South Carolina’s House of Representatives voted in favor of a measure to repeal the state’s Blaine Amendment, which prohibits state funds from benefitting religious or private educational institutions.
The amendment’s namesake, James G. Blaine, was a former U.S. Congressman and Secretary of State who unsuccessfully attempted to amend the U.S. Constitution in order deprive private, Catholic schools of government funding. However, the amendment did make it into 37 state constitutions.
“No money shall be paid from public funds nor shall the credit of the State or any of its political subdivisions be used for the direct benefit of any religious or other private educational institution,” South Carolina’s version reads.
Tuesday the House voted 83-27 on H 3591, the resolution to repeal the amendment. The measure now heads to the Senate which must approve with a two-thirds majority before it would finally be decided upon by the voters.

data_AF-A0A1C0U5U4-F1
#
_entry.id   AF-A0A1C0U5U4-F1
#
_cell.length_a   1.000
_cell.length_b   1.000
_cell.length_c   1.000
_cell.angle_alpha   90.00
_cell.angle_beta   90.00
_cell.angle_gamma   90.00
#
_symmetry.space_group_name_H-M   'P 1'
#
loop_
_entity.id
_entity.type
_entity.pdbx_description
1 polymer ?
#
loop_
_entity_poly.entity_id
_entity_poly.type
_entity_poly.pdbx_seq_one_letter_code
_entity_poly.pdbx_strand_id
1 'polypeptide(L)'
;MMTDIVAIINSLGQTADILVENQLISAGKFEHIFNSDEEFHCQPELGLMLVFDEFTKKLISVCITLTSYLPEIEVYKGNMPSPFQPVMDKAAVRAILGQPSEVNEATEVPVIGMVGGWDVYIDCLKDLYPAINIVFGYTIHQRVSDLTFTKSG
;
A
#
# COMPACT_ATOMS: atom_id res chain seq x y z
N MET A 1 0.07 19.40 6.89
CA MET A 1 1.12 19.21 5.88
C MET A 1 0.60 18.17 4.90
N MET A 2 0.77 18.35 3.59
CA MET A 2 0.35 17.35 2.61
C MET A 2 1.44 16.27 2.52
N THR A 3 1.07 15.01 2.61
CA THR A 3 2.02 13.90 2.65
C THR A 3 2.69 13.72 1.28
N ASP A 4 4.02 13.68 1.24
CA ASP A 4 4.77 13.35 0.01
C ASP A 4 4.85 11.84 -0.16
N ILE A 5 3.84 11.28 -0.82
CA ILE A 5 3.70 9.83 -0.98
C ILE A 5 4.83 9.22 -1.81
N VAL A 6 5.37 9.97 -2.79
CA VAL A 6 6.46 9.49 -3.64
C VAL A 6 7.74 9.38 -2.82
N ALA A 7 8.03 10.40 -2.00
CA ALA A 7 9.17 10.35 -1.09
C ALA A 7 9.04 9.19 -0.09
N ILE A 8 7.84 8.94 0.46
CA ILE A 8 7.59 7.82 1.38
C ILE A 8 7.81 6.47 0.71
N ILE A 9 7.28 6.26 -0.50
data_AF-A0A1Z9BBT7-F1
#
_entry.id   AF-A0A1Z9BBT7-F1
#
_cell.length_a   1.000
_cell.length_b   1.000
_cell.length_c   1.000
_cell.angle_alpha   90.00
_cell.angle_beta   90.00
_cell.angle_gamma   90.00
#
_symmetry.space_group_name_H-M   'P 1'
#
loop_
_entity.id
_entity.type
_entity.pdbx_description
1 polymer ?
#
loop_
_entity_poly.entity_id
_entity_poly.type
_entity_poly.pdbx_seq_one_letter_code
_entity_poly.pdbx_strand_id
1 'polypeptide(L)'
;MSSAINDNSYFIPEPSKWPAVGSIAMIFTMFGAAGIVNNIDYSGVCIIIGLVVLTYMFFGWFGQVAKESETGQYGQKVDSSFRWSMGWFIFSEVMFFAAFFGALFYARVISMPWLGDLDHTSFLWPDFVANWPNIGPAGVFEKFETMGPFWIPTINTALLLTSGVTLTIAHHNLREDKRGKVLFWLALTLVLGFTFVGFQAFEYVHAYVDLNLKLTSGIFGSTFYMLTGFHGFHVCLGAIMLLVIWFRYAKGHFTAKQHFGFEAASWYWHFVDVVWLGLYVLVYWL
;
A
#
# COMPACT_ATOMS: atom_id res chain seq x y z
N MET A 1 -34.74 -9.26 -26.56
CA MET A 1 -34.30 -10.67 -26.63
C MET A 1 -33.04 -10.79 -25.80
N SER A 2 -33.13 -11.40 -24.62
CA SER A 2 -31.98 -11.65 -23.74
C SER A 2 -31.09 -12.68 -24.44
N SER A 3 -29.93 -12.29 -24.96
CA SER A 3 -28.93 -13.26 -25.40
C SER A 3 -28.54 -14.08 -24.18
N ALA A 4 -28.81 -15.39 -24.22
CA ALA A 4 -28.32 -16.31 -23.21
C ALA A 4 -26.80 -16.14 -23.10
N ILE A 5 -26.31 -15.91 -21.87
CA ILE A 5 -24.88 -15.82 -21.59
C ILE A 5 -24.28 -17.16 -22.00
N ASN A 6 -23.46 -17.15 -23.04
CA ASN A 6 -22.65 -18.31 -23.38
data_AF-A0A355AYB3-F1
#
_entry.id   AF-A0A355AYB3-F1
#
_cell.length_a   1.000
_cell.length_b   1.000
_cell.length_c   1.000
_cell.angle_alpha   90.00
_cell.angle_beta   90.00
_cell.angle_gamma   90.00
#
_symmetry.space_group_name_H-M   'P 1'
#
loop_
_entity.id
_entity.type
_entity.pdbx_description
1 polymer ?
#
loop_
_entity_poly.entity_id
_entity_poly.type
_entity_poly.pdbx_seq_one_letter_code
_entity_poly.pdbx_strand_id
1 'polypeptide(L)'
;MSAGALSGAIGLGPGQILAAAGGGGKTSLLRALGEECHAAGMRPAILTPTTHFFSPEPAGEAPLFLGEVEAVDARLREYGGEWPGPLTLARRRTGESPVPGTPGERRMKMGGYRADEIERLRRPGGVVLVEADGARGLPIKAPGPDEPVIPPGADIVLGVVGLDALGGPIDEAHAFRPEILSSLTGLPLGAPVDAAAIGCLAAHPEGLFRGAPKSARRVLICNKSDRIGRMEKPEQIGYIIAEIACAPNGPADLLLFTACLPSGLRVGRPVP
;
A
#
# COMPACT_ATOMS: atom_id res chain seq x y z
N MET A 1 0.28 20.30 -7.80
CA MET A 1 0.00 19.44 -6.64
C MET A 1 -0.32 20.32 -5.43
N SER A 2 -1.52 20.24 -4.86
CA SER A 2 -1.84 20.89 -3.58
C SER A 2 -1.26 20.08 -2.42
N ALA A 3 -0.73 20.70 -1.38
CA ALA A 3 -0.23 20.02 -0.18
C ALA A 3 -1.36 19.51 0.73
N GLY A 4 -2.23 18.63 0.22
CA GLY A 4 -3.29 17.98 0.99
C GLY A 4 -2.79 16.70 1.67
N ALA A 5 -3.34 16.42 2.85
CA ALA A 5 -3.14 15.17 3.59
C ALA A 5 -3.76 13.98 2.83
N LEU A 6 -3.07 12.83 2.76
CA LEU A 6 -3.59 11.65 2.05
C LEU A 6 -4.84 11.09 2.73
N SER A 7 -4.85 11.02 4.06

If South Carolina did blot out its Blaine Amendment, it would be just the second state to do so since Louisiana voters repealed theirs in 1974.
Blaine Amendments have been a common roadblock for school choice legislation, and even prevented South Carolina Gov. Henry McMaster from using pandemic funds for private school vouchers.
However, recent decisions by the U.S. Supreme Court have weakened the legal stranglehold of such amendments.
For South Carolina, it may smooth the way for the bill to expand education savings accounts, recently passed by the Senate and sent to the House, should it become law.